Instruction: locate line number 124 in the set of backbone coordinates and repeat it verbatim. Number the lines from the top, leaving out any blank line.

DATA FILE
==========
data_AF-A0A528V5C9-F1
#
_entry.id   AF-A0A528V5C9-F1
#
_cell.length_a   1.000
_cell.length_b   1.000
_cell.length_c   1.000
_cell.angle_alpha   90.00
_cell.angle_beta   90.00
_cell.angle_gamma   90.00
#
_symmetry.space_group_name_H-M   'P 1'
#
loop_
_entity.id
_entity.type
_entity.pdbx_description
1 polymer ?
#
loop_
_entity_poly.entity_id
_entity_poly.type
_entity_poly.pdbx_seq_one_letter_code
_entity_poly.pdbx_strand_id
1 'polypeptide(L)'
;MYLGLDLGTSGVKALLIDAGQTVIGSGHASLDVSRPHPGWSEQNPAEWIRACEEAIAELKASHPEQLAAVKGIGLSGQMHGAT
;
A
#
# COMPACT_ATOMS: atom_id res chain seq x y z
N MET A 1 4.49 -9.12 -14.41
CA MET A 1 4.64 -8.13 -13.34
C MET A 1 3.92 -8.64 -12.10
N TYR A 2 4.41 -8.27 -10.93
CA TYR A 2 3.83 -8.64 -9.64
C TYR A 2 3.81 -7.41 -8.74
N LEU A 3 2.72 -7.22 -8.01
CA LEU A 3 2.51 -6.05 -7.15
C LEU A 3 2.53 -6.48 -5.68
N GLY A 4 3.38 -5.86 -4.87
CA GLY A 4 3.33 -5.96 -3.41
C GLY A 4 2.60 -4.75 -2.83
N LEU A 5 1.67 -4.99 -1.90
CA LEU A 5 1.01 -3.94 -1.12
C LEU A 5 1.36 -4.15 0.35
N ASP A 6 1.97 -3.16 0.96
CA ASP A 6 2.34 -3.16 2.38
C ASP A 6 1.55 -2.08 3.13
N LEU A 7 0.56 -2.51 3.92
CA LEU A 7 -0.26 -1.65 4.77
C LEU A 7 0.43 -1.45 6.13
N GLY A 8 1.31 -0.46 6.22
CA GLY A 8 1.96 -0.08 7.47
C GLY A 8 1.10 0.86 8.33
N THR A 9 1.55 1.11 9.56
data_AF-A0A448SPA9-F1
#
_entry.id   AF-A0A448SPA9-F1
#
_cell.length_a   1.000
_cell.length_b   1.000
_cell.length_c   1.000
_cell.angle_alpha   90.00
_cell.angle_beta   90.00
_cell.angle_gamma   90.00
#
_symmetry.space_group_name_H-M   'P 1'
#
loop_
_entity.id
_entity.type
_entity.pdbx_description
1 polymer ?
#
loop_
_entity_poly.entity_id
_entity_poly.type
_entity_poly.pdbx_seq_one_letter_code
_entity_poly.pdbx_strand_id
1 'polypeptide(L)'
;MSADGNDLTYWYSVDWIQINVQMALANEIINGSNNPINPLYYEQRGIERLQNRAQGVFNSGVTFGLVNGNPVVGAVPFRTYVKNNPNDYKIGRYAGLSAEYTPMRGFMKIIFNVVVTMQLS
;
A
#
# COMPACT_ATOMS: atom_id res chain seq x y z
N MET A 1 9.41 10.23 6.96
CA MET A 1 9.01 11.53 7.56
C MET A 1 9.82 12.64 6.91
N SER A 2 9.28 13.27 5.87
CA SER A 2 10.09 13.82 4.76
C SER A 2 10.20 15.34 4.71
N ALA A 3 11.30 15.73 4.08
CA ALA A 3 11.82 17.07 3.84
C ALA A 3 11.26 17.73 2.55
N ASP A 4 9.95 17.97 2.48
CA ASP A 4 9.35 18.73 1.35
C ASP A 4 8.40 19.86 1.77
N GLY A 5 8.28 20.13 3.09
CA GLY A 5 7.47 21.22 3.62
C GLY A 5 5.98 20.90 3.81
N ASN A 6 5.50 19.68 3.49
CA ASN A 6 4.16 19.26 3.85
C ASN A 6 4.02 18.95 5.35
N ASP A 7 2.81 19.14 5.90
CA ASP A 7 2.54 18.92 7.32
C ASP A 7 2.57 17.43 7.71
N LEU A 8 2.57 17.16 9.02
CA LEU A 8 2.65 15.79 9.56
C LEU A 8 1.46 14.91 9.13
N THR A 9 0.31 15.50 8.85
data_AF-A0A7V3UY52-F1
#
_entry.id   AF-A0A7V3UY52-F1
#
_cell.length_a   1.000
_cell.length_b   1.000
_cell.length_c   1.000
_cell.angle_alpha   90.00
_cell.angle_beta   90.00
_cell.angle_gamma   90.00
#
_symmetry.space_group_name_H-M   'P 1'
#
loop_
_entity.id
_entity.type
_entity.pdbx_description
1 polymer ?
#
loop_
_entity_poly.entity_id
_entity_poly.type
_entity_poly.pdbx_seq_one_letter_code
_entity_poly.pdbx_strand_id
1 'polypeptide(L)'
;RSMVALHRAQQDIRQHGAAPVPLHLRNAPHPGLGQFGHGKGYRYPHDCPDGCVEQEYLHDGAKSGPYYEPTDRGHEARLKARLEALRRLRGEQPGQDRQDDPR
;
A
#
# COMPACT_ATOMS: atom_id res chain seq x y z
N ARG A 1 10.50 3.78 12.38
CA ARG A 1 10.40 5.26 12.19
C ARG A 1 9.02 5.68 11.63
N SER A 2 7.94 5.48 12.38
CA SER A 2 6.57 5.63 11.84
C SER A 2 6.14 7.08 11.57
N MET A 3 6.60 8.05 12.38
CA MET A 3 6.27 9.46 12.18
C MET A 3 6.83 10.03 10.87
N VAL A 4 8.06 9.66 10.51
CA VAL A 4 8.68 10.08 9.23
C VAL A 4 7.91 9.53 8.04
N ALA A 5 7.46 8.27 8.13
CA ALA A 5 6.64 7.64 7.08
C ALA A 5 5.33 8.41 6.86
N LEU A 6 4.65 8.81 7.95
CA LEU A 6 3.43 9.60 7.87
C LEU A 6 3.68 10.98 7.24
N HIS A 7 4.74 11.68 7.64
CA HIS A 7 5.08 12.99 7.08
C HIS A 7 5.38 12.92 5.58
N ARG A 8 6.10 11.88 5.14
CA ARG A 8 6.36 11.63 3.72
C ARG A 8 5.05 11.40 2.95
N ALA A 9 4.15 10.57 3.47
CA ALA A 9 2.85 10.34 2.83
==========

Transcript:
loop_